Game: The Manse on Soracca
Platform: PC
Genre: survival horror
Style: directly based on Lovecraft’s work
Verdict: Highly Recommended
Buy: Steam |
Lovecraft Video Games received a review copy of The Manse on Soracca through the Steam Curator Program.

When I got my copy of The Manse on Soracca, I expected it to be a standard retro-style survival horror game about exploring a mansion. You play a private investigator who goes to Soracca in search of a missing woman, and since it was supposed to have Lovecraftian themes, I assumed he’d gradually uncover a cosmic horror mystery connected to the mansion.

There are three basic controls: you can walk, you can inspect things in the environment, and you can use items from your inventory. While the inventory system is a little awkward at first, it’s not hard to get used to. Everything about the game feels like it was modeled after an old adventure game.

Then you find an eldritch artifact, a monster awakens and kills you, and things start getting weird.

It’s hard to really explain the direction the game takes without getting into spoilers, and The Manse on Soracca is a game best experienced unspoiled. Let’s just say the actual story is much more interesting than the initial premise, and by the end of the game I’d stopped thinking about the private investigator at all and instead saw it as my own journey through the game.

The one thing that holds it back is its difficulty. The Manse on Soracca can be a little too challenging at times, not because of how easy it is to die (death isn’t as much of a setback as you might expect), but because sometimes things are unclear. It has a lot of clever puzzles, but it also has a couple parts that left me scouring the mansion for hours because I needed to interact with a specific spot that was visually no different from the rest of the room but made the “interact” icon light up.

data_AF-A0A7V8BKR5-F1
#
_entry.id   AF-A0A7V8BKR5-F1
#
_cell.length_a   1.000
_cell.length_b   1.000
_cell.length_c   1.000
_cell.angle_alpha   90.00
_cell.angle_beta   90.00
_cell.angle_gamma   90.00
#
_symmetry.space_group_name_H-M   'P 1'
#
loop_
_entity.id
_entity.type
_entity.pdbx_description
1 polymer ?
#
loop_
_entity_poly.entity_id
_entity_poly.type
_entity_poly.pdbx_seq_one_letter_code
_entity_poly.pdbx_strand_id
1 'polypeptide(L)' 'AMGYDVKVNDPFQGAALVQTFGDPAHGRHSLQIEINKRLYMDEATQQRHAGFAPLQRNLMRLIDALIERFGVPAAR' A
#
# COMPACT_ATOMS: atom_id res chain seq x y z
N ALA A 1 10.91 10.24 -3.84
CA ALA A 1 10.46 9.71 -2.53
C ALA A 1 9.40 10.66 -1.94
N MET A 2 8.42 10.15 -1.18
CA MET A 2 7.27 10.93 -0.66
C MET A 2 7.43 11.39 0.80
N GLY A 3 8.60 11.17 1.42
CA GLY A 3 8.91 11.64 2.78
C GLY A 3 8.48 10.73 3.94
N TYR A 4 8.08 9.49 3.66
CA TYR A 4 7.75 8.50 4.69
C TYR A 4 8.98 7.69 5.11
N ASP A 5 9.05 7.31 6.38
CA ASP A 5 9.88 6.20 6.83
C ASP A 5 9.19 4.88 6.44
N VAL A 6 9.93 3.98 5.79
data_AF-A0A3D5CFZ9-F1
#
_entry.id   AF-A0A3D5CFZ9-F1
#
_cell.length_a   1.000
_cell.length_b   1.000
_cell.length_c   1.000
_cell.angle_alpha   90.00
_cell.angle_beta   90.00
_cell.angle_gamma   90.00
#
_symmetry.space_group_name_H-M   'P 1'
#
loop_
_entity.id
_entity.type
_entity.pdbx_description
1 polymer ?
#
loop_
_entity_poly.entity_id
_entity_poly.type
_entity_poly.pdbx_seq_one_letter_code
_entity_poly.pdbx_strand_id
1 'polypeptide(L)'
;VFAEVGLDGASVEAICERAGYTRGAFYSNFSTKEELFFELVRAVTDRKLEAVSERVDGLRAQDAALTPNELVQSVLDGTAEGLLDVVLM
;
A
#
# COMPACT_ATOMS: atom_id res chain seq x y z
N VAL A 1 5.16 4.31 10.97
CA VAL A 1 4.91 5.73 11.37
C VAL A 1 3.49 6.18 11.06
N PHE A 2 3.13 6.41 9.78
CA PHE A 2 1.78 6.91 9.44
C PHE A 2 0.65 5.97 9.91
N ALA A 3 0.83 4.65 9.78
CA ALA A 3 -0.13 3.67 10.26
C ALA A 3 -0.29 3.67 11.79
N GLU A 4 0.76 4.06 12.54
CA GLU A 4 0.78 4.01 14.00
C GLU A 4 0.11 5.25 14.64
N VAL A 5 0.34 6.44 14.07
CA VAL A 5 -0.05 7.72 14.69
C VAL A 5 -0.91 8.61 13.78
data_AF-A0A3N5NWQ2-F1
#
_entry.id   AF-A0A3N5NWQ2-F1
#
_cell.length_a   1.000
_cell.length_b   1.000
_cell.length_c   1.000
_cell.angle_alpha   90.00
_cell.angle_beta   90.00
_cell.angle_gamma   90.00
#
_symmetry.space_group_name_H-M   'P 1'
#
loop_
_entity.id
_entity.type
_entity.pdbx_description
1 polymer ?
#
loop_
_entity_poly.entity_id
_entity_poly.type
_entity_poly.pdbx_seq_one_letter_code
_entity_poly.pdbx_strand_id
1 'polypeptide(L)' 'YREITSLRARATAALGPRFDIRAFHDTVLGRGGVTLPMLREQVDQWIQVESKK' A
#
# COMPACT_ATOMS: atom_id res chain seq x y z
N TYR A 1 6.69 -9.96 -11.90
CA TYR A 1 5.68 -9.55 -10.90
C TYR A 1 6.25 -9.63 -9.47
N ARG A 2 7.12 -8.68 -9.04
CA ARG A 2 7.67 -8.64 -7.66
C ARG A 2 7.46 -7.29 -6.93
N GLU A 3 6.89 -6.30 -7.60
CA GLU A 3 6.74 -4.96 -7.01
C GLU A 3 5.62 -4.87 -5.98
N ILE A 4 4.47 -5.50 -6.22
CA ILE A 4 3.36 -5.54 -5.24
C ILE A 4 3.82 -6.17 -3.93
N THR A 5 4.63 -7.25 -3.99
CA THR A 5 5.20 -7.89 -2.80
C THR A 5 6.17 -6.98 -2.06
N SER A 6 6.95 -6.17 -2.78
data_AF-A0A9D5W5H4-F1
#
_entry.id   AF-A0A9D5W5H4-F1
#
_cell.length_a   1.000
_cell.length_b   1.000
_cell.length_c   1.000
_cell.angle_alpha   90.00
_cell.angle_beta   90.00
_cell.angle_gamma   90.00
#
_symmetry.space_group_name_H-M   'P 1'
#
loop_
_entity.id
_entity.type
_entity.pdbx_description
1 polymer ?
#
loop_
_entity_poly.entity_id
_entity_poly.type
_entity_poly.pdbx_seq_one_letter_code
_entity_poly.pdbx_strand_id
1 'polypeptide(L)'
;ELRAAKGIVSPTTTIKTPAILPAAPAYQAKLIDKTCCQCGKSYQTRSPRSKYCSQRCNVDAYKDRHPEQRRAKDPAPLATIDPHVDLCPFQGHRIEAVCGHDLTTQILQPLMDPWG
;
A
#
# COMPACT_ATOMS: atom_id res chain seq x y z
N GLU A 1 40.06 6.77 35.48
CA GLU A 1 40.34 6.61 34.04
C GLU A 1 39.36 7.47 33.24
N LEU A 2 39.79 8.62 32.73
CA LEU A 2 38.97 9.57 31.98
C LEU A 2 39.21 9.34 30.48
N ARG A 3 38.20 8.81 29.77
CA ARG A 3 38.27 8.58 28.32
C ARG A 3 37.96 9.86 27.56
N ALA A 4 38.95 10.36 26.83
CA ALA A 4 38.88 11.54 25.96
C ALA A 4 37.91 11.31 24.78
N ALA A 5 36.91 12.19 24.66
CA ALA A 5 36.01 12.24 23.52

Moments of brilliance are separated by these sections of tedious trial-and-error, but it’s ultimately satisfying to solve the game’s puzzles. Some parts of the ending felt a little too game-y compared to the rest of what had been built up, but it’s a clever twist on cosmic horror overall.

The Manse on Soracca is not the game I expected it to be when I started it up, but something much more interesting, and I hope it’s one that doesn’t go overlooked.

Buy: Steam |